"You have to play so much to develop the skill, co-ordination and timing, and you have to learn to cope with different styles of opponent."

'Natural gift' versus practice

Ben is still convinced the challenge is achievable. He thinks a lack of practice time was the main obstacle to Sam's success.

"The idea of showing people what the average Joe can achieve by squeezing in table tennis training after work was a lovely one, but to be successful someone would almost certainly need to do the challenge as a sort of gap year and play full time," Ben says.

"It's clear that talent matters and perhaps results would have been quicker with a more natural sportsman who has better movement and anticipation, possibly a tennis player.

Image copyright Other
Image caption The training arena was a kitchen table in a shared flat in east London

"But I can still see no reason why anyone who works hard in a purposeful way cannot achieve their goal, in table tennis or any field."

Matthew Syed is excited by Sam's progress.

"It debunks the idea that when you watch somebody who is good at something, they must have been blessed with a natural gift," he says.

"Most people have to train for a minimum of 10, sometimes 15 years, to reach mastery, but even by being committed for one year there has been a very big change in Sam's ability level and this is because the human brain is very adaptable."

Cultural differences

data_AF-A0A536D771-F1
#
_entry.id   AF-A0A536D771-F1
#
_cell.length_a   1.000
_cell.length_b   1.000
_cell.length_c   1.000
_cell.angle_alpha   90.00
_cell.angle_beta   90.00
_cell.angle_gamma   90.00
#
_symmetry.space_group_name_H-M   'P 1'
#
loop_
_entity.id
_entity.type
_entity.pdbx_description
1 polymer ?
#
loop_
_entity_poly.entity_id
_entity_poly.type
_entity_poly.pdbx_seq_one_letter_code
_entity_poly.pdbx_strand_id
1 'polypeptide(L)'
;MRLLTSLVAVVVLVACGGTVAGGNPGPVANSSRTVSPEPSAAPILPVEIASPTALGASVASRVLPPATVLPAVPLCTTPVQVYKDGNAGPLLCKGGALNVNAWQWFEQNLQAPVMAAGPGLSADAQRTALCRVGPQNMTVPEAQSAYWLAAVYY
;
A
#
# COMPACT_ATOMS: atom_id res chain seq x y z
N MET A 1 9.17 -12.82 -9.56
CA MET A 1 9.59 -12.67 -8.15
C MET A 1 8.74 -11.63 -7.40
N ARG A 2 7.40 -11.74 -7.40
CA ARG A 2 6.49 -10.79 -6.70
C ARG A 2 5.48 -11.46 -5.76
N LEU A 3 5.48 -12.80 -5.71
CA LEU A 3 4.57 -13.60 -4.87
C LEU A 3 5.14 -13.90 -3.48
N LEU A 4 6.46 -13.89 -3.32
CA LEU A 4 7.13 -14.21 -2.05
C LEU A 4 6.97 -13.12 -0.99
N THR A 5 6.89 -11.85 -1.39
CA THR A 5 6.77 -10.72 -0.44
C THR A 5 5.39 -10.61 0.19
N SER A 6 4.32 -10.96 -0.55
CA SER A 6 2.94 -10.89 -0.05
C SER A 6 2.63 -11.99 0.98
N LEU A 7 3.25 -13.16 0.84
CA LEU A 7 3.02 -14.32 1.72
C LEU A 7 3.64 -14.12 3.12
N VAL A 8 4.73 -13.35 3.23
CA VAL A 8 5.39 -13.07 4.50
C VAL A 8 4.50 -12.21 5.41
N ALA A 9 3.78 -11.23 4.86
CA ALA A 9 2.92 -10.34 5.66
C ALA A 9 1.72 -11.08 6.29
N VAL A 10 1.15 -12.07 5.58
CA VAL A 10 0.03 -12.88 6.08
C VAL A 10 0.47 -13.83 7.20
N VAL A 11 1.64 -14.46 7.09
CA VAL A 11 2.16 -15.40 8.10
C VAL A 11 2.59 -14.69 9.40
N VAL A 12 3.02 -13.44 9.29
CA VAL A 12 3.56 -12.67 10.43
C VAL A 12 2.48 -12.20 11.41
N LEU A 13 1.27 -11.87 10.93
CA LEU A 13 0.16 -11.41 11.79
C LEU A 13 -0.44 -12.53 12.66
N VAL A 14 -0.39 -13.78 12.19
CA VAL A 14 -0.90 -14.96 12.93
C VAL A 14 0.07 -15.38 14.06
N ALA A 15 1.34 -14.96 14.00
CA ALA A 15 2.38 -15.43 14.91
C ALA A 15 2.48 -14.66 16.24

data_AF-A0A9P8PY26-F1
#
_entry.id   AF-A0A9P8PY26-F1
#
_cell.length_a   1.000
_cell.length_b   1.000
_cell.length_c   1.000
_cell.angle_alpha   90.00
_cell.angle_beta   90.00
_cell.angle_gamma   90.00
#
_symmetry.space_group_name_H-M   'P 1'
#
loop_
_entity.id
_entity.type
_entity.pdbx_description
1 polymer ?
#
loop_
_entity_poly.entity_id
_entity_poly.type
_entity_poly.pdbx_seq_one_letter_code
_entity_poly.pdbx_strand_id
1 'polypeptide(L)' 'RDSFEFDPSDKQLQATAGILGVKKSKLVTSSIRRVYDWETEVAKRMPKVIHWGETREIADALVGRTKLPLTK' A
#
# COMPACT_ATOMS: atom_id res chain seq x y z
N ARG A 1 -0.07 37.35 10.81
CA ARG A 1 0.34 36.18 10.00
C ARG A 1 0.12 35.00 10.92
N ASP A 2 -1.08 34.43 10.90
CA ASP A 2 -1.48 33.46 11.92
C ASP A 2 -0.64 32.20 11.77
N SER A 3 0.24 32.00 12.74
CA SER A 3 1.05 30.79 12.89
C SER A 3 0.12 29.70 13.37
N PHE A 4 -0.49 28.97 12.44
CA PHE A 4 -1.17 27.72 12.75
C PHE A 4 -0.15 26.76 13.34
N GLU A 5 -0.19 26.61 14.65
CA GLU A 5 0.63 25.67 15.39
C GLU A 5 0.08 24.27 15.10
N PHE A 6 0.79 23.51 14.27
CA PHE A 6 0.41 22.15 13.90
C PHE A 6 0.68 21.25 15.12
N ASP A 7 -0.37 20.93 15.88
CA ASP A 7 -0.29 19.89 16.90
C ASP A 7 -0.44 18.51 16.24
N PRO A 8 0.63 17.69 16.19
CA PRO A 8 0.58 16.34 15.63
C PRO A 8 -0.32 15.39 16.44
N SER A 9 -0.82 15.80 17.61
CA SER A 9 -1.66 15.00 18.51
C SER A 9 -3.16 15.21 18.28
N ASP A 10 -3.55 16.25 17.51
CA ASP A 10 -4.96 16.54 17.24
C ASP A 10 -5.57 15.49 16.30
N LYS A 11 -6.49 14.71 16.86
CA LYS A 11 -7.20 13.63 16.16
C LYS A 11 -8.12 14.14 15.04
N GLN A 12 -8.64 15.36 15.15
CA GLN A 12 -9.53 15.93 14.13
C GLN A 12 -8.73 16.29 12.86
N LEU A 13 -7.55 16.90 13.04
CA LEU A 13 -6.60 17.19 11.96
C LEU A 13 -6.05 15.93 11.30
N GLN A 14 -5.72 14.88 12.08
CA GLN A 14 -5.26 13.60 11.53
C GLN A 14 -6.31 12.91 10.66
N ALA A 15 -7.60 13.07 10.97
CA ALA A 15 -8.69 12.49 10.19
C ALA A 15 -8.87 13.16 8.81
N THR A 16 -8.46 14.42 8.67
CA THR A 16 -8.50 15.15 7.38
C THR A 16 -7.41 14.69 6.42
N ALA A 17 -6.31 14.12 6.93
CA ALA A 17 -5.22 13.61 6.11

Mr Syed says this is an important lesson for anyone involved in education.

"In subjects like mathematics, if young people are not very good at the beginning they tend to give up because they don't think they have got a brain for numbers," he says.

Image copyright Reuters
Image caption Could anyone become an expert if they work hard enough?

"Whereas in places like China there is a very widespread cultural belief that you get better with training, so people tend to persist longer.

"The very belief about how success happens shapes the behaviours that we adopt."

This is a view supported by OECD [Organisation for Economic Co-operation and Development] education expert, Andreas Schleicher, who has argued that attitudes to natural ability are key factors in test results.

Mr Schleicher says in western countries failure to succeed in maths is frequently attributed by students to an innate lack of ability, arguing that success depends on being naturally gifted.

In contrast, studies of top-performing Asian countries have shown pupils attribute their success or failure to their own efforts and the ability of their teachers.

Instant gratification

Jonathan Osborne, professor of science education at Stanford University in the US, agrees that changing students' attitudes is important.

"The problem is the motivation to practise, as any child who has learnt the violin or piano will tell you," he says.

Image copyright Reuters
Image caption The OECD has shown Chinese students attribute success to practice rather than natural gifts

"The real challenge is that practice is hard work, and the challenge for contemporary culture is that it is too dependent on immediate gratification."

Michael Reiss, professor of science education at UCL Institute of Education, argues that dividing school pupils by ability encourages this idea of differences in talent rather than application.

"We should avoid putting students into sets according to attainment as much as possible and we should promote the message that effort matters," he says.

As for Sam, he has not given up hope of reaching the top 250.

His housemates should prepare to eat their dinner off a table tennis table for another year.